CBAC follows that advice, offering backcountry forecasts for two diverse zones while urging skiers to use “cautious route-finding and conservative terrain selection” when danger escalates, leaving skiers to use their head, not just the forecast, when playing safe in the snow.
A beacon for nonprofit centers
The CBAC is not that different from most major Forest Service avalanche centers, with a staff of seven, including three full-time forecasters. Other community-focused nonprofit avalanche centers in Oregon, Alaska and New Mexico may have only one full-time forecaster, supported by volunteers.
“We may be a bit of a shining example for nonprofit avalanche centers,” Guy said. “That’s because the community here really backs our products and it’s a two-way street. We really try to give everyone what they want and need.”
The center relies on both memberships and sponsors. More than 30 local and even national companies help support the center. The towns of Crested Butte and Mount Crested Butte also help, alongside Gunnison County, foundations and the local recreation district.
“Without that support for the last 20 years, we would not be in existence,” Acuff said.
Alan Bernholtz co-founded the Crested Butte Avalanche Center as a nonprofit in 2001. He was a ski patroller at the resort and deeply involved in avalanche research. He recognized the challenge of far-away forecasting for the complex, and wildly popular terrain around Crested Butte.
He gathered a crew and started putting out daily reports that focused intently on weather forecasts for the valley.
“That was where we were really different. We started to pay attention to weather, not just the snowpack. We wanted to be a center that was providing information not just to the handful of aggressive backcountry skiers, but everybody in the community,” said Bernholtz, who also served as mayor of Crested Butte in the early 2000s. “Because of that focus on everyone, when we went out asking for support, we got a lot of money to keep going.”
The crew back then still put out avalanche forecasts in addition to its weather reports, relying largely on reports from skiers around the valley. Any time a backcountry skier submitted an observation of avalanche activity or hazards, their name was entered into an end-of-season raffle for a new pair of skis.
“Not crappy skis, either. We would buy them whatever ski they wanted,” Bernholtz said. “That helped us gather so many observations. That’s continuing today and … I think it’s better than it’s ever been. It’s exactly what the community needs”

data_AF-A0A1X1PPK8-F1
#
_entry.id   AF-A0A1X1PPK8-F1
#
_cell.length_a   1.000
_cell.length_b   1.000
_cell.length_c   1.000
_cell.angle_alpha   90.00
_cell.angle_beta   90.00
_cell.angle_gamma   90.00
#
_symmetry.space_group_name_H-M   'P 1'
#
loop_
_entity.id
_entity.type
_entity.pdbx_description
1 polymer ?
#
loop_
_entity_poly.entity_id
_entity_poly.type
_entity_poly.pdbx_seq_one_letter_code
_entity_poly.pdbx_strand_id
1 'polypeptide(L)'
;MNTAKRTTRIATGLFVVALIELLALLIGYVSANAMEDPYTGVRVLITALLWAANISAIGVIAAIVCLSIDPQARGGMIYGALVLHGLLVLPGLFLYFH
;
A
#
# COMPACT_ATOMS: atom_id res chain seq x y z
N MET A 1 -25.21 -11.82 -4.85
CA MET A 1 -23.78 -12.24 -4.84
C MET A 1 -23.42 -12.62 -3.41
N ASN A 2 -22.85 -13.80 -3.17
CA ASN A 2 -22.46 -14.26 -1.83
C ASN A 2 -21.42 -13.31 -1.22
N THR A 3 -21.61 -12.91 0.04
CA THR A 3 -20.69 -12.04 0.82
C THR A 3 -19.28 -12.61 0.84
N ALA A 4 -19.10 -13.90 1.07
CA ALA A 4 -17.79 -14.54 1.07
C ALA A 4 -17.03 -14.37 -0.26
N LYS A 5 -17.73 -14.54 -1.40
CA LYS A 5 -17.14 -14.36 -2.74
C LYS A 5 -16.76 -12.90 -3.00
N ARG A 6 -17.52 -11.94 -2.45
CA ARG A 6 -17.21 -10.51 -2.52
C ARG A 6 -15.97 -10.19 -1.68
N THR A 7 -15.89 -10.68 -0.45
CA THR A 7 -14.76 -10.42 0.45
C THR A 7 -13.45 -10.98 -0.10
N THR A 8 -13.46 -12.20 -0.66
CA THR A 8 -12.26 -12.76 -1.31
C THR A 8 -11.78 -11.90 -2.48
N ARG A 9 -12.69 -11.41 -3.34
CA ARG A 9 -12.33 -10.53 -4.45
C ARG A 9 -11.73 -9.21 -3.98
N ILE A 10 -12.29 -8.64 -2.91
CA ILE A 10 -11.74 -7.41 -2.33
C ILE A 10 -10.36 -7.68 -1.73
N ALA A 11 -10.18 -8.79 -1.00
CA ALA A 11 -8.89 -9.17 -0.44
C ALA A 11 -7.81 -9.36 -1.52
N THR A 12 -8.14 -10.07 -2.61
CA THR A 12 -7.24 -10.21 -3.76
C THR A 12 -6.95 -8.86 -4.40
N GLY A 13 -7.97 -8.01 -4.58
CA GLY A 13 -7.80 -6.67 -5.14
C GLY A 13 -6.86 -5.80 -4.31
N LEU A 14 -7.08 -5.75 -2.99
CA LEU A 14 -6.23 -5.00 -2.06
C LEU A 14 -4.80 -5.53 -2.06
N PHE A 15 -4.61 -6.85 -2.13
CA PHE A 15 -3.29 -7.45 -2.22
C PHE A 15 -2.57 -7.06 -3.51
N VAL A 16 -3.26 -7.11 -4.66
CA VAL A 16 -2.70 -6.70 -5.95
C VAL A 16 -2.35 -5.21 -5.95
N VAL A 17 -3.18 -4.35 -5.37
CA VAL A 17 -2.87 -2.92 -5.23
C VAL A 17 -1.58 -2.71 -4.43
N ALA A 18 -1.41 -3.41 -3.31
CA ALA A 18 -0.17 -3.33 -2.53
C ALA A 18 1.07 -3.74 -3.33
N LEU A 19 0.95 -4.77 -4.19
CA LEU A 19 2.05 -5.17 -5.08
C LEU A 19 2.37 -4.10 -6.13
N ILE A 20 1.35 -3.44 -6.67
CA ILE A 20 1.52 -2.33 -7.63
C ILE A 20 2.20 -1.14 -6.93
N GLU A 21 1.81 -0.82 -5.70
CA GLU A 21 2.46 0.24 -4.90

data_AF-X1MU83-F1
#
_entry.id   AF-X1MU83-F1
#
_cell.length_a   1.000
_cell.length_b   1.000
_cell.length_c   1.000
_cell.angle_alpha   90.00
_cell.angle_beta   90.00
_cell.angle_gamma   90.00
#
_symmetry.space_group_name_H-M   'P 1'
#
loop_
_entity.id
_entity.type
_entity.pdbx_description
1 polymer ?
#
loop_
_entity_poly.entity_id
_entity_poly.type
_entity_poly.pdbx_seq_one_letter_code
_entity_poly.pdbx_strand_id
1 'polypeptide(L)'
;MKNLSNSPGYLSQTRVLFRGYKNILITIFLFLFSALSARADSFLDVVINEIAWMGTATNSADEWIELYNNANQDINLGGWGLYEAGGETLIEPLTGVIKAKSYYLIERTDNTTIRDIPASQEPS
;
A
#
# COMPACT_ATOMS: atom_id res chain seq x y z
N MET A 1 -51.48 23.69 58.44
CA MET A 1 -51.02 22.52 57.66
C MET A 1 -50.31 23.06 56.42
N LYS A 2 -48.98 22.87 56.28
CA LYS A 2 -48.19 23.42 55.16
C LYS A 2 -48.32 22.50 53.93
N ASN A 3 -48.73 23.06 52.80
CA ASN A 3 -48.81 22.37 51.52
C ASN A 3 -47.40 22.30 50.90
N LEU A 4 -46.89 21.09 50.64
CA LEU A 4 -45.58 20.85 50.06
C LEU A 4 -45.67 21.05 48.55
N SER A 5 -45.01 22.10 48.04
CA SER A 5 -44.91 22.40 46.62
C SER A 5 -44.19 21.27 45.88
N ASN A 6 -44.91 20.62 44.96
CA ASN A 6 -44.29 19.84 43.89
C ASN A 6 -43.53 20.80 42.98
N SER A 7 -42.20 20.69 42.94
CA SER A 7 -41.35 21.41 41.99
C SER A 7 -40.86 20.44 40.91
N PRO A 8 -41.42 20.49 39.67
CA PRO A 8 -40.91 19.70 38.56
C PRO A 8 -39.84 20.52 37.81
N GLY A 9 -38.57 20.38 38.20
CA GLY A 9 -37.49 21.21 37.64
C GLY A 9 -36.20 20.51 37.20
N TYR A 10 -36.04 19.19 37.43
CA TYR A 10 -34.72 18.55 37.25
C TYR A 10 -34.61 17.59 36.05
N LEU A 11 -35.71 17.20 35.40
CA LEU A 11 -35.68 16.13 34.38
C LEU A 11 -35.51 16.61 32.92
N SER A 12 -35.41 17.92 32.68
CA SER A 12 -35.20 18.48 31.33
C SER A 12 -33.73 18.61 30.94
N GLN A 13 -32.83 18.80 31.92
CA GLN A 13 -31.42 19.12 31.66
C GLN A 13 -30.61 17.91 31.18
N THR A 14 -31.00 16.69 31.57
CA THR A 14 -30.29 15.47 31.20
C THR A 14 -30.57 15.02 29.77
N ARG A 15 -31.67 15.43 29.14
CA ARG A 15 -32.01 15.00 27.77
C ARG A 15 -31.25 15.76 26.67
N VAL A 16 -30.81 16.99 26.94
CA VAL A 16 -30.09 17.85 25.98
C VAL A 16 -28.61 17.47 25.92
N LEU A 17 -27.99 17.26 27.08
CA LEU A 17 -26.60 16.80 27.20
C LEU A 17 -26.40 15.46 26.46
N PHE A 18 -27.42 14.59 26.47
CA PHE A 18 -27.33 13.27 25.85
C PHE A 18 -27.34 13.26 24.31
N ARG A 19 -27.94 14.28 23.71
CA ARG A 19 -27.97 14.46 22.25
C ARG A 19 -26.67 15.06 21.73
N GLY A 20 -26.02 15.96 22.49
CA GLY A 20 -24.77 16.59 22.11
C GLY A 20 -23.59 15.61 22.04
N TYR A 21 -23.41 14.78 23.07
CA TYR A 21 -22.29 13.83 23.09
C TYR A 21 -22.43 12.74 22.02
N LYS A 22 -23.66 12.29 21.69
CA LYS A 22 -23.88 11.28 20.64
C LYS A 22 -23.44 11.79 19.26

Traffic up, but not accidents
In the past decade, a host of new tools has enabled skiers to more deeply probe the backcountry. Skies are wider. Bindings and boots are lighter. Snowmobiles have doubled in power, giving thumb-throttling explorers the ability to venture far from tracks and roads.
And with those advancements, avalanche forecasting has grown more professional and standardized. Highly educated scientists like Guy condense complicated scenarios into digestible, easy-to-understand messages for recreating masses. And the past decade of avalanche forecasting continues to have a tangible impact.
While difficult to quantify, there’s no question that backcountry travel in the winter has exploded in the last decade, with the number of users up exponentially. That’s evidenced in backcountry gear sales — especially this winter, with early season sales of things like avalanche safety equipment and touring skis up 76% over the previous year — as well as overflowing trailhead parking lots and ski tracks on distant peaks.
But despite the growth in backcountry travel in the winter, avalanche deaths have not really moved much since the early 1990s. The five-year average for annual avalanche fatalities in Colorado has stayed between five and seven for nearly 30 years, with a couple outlier periods where it peaked at eight and dipped to three. (The Crested Butte area is not immune to those statistical anomalies either, with four avalanche deaths since January 2019, including the burial of a well-respected local in December.) But the state and national avalanche fatality numbers have not matched the dramatic rise in traffic.
“So if you were able to project just on a per-capita fatality basis, I’d say we have reduced the number of fatalities by a factor of 10,” Guy said. “I think half of that is education and half of that is forecasting.”
The CBAC avalanche scientists used to travel on foot. Now they have two snowmobiles and even a truck and trailer to spread the forecasters across the drainage.
“Just keeping up with the Jones,” Acuff said of the adventurous skiers who explore his valley.